I recently had a call from a patent attorney who wanted me to introduce him to my clients so that he could offer to buy their intellectual property from them. He has, what is called, an “Intellectual Property Holding Company” or “IPHC”.
IPHC’s come in essentially three different flavors. The first category consists of those whose purpose is essentially malevolent; they buy up IP, lie patiently in the grass and wait until a major company introduces an arguably infringing product, and then they pounce on that company with a lawsuit, demanding extraordinary damages. The purpose of the lawsuit is not to pursue the actual litigation; rather, the purpose is to use the litigation to force a settlement in which the IPHC extorts a lucrative contract for licensing the patented technology to the infringer. These types of predatory IPHC’s are commonly referred to as “patent trolls”.
The next category are tax-advantaged off-shore subsidiaries of major industrial corporations with significant amounts of IP. These types of IPHC’s are set up principally as a tax dodge. As a category, they consist of off-shore holding companies in tax-friendly jurisdictions that are set up exclusively to hold the parent corporation’s IP and therefore secure for the parent, favorable tax treatment when the earnings are repatriated to the U.S.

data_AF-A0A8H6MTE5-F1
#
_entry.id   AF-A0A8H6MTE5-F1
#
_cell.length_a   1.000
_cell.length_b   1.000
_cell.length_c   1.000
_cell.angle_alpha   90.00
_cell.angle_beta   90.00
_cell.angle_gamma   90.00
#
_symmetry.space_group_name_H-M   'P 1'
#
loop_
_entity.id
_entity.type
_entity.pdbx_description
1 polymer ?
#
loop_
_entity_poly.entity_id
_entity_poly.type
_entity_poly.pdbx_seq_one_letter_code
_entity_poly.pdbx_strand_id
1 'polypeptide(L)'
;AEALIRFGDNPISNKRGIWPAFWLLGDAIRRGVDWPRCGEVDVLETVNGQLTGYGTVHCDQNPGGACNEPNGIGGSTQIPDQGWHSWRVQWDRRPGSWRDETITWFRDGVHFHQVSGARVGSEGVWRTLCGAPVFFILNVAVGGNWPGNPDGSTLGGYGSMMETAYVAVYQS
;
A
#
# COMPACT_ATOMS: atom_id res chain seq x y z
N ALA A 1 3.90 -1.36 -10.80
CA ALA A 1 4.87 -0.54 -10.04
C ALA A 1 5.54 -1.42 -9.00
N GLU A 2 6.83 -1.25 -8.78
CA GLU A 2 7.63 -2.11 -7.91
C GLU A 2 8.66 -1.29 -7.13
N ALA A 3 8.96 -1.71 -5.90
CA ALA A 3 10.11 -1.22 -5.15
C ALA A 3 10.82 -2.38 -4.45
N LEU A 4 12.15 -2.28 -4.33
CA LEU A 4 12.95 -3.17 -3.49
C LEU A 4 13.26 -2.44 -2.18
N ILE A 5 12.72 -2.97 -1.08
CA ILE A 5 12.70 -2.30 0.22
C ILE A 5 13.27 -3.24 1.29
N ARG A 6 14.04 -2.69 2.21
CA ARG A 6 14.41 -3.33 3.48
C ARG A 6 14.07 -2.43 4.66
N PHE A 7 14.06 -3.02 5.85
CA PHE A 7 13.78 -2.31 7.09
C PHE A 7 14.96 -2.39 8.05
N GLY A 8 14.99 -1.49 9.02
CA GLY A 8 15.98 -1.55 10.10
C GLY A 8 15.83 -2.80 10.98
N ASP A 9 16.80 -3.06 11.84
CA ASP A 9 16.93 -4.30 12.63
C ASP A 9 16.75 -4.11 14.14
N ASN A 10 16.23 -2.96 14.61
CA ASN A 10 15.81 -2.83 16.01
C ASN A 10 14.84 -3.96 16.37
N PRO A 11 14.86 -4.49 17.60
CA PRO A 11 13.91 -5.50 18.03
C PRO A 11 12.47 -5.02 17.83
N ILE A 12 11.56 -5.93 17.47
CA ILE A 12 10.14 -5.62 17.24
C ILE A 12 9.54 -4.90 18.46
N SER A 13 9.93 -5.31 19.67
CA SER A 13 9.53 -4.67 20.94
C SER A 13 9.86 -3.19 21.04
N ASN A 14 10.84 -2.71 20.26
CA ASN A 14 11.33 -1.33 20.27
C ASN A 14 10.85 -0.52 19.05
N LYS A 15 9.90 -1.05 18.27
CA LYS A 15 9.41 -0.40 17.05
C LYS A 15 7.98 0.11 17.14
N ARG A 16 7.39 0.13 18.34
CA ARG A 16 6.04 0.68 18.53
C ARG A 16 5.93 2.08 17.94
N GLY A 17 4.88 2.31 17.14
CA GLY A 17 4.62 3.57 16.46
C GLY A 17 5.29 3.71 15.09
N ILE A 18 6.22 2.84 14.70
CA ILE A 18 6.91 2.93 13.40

The last category consists of groups of individual inventors who decide to band together to better position themselves to ultimately monetize their IP.
I always approach IPHC’s, particularly the patent trolls, with a measure of caution. And, while I do not know the type of business model being pursued by the company represented by my attorney caller, my antenna were up. Nevertheless, I do believe that there are circumstances when selling one’s IP to an IPHC might be a good option for an inventor. And, there are even some situations when I might actually recommend an IPHC to a client.
As a general rule, however, it’s my opinion that you have other options that will prove more lucrative for you and should be considered first. You will get a much better offer if you do the work that is required to get a good licensing agreement from a company that will manufacture and sell your product. It’s hard work, it takes time and money, but the pay-off is much more satisfying. Therefore, in most situations, selling your intellectual property to an IPHC should be considered only as an option of last resort.
Remember: always be careful and get help. When it comes to selling, licensing and otherwise monetizing your intellectual property, it’s complicated and the price of a qualified, professional advisor is miniscule compared to the amount of money you might end up leaving on the table.